New Study Finds Farms Could Use Fewer Pesticides And Still Grow Just As Much Food

A majority of farms could be just as productive—if not more—and profitable by cutting pesticide use.

April 21, 2017
tractor spraying on field

Pesticides are a necessary evil, the argument typically goes—what choice is there when the alternative to using them is a lost crop and lost profits? But new research out in the peer-reviewed journal Nature Plants will make it much tougher for pesticide companies and their proponents to make the claim that our food supply is totally dependent on chemical sprays.


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The new study measured pesticide usage—including insecticides, herbicides, and fungicides—crop productivity, and profitability of 1,000 French farms of various sizes and types and found that “low pesticide use rarely decreases productivity and profitability in arable [land] farms.” More specifically, a whopping 94 percent of farms could cut pesticide usage by 40 percent without losing out on production or profit. Of these, two-fifths would actually be more productive without the pesticides. Of the three categories of pesticides, the researchers found that insecticides were most overused—86 percent of farms would increase production by reducing use, and none would become less productive.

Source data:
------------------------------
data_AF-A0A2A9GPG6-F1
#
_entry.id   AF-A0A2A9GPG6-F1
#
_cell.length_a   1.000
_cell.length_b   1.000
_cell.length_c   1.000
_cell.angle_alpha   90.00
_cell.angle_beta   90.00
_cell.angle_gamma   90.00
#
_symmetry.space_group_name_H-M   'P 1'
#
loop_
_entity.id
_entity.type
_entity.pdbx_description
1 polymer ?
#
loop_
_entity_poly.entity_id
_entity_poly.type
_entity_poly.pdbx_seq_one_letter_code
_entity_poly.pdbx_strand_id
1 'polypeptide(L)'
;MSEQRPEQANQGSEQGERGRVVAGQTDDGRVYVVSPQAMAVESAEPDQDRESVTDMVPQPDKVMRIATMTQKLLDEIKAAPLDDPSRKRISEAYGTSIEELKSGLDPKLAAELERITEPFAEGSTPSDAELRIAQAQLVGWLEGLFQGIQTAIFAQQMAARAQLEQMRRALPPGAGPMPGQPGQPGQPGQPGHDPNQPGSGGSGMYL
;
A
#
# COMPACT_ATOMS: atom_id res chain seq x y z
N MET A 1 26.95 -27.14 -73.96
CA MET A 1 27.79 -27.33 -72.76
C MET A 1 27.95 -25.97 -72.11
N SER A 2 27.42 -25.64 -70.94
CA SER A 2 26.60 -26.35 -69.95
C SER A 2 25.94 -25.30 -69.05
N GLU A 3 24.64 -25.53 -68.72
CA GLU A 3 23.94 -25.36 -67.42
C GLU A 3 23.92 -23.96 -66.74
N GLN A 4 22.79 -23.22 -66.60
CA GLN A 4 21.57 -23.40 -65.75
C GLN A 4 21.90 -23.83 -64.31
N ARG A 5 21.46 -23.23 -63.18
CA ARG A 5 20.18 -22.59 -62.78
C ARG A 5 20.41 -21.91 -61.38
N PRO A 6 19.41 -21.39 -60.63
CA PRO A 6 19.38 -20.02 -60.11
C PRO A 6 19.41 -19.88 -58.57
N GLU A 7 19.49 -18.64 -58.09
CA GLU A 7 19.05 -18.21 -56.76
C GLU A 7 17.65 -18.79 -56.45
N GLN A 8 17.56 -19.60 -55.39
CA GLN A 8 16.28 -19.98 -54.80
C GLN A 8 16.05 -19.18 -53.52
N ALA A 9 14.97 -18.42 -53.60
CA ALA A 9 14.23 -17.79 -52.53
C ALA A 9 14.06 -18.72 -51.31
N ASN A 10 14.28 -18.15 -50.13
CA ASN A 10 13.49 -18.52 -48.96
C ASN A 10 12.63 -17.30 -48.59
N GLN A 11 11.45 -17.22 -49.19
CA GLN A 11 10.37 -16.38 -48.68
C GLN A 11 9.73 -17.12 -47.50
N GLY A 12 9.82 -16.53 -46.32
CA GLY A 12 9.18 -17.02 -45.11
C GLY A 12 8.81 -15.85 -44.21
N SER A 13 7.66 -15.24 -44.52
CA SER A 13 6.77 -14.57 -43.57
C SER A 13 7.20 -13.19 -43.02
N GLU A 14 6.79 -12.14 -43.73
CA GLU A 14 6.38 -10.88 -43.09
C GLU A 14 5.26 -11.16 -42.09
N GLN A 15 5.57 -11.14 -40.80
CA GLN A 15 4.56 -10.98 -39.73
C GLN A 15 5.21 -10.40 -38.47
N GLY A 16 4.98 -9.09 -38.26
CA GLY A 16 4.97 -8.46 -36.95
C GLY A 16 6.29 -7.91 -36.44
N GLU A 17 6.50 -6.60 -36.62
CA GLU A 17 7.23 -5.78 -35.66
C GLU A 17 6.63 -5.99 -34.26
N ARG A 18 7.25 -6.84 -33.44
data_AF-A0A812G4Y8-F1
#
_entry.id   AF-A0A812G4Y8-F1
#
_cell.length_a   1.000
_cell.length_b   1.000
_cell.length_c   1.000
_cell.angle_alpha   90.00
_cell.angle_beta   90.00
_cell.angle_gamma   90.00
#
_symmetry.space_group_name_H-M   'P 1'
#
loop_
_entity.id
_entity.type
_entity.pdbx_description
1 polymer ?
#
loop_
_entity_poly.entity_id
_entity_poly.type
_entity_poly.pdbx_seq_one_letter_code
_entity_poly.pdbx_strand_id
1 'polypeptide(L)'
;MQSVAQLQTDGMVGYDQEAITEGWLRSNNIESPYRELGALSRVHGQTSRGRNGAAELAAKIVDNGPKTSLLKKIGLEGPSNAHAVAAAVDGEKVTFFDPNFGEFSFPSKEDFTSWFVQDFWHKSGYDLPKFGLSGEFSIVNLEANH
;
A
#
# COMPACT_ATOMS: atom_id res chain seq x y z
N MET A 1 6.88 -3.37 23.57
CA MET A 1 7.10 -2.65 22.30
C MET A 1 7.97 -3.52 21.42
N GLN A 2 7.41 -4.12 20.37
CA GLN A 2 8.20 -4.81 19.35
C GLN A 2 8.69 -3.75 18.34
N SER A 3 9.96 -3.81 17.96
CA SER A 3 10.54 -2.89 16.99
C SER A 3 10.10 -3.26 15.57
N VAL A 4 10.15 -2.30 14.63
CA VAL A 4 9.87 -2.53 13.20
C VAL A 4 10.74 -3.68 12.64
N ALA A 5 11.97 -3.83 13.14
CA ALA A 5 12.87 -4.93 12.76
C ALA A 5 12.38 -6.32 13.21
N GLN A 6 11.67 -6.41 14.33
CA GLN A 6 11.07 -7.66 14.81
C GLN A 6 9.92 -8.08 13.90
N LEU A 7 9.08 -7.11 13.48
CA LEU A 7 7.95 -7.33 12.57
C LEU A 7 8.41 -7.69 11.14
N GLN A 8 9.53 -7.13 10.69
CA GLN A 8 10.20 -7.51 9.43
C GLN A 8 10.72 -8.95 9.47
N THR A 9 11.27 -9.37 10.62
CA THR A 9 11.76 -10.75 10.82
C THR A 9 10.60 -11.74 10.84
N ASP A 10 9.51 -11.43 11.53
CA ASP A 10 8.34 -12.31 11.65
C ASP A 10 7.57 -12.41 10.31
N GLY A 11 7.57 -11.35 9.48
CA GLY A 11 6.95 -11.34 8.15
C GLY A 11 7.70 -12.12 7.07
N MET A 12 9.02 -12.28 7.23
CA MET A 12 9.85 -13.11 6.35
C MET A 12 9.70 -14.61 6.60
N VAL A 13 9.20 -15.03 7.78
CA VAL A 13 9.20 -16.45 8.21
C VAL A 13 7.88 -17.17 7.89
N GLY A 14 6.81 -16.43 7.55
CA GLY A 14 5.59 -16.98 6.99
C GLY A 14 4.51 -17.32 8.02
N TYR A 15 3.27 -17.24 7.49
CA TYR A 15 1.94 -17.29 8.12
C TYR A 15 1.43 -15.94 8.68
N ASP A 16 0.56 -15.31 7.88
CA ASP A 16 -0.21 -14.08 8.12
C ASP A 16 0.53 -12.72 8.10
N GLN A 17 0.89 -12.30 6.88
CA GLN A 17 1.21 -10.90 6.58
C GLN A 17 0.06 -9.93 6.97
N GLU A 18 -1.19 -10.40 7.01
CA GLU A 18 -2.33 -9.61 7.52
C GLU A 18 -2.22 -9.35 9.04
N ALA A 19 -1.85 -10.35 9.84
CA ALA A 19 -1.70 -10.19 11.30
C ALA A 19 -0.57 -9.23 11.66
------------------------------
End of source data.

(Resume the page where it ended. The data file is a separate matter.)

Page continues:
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The important caveat to this study is that farmers can’t simply stop using pesticides without changing anything else and still expect to see favorable results. In order to use fewer pesticides and still maintain or increase their harvest, farmers also need to practice integrated pest management techniques. That means taking steps to ensure that pests, weeds, and fungi don’t become such a big problem in the first place, such as practicing crop rotation, choosing pest-resistant plant varieties, and carefully planning planting dates to avoid high insect activity.

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Nicolas Munier-Jolain, who is at France’s National Institute for Agricultural Research and worked on the study, told the Guardian that the reason more farmers don’t try a low-pesticide approach to farming is that they’re getting their advice from pesticide companies with a vested interest in keeping them as customers—information about alternative farming methods simply isn’t reaching them. However, Munier-Jolain says that trend is beginning to change as more farmers become concerned about how working with pesticides will impact their own health.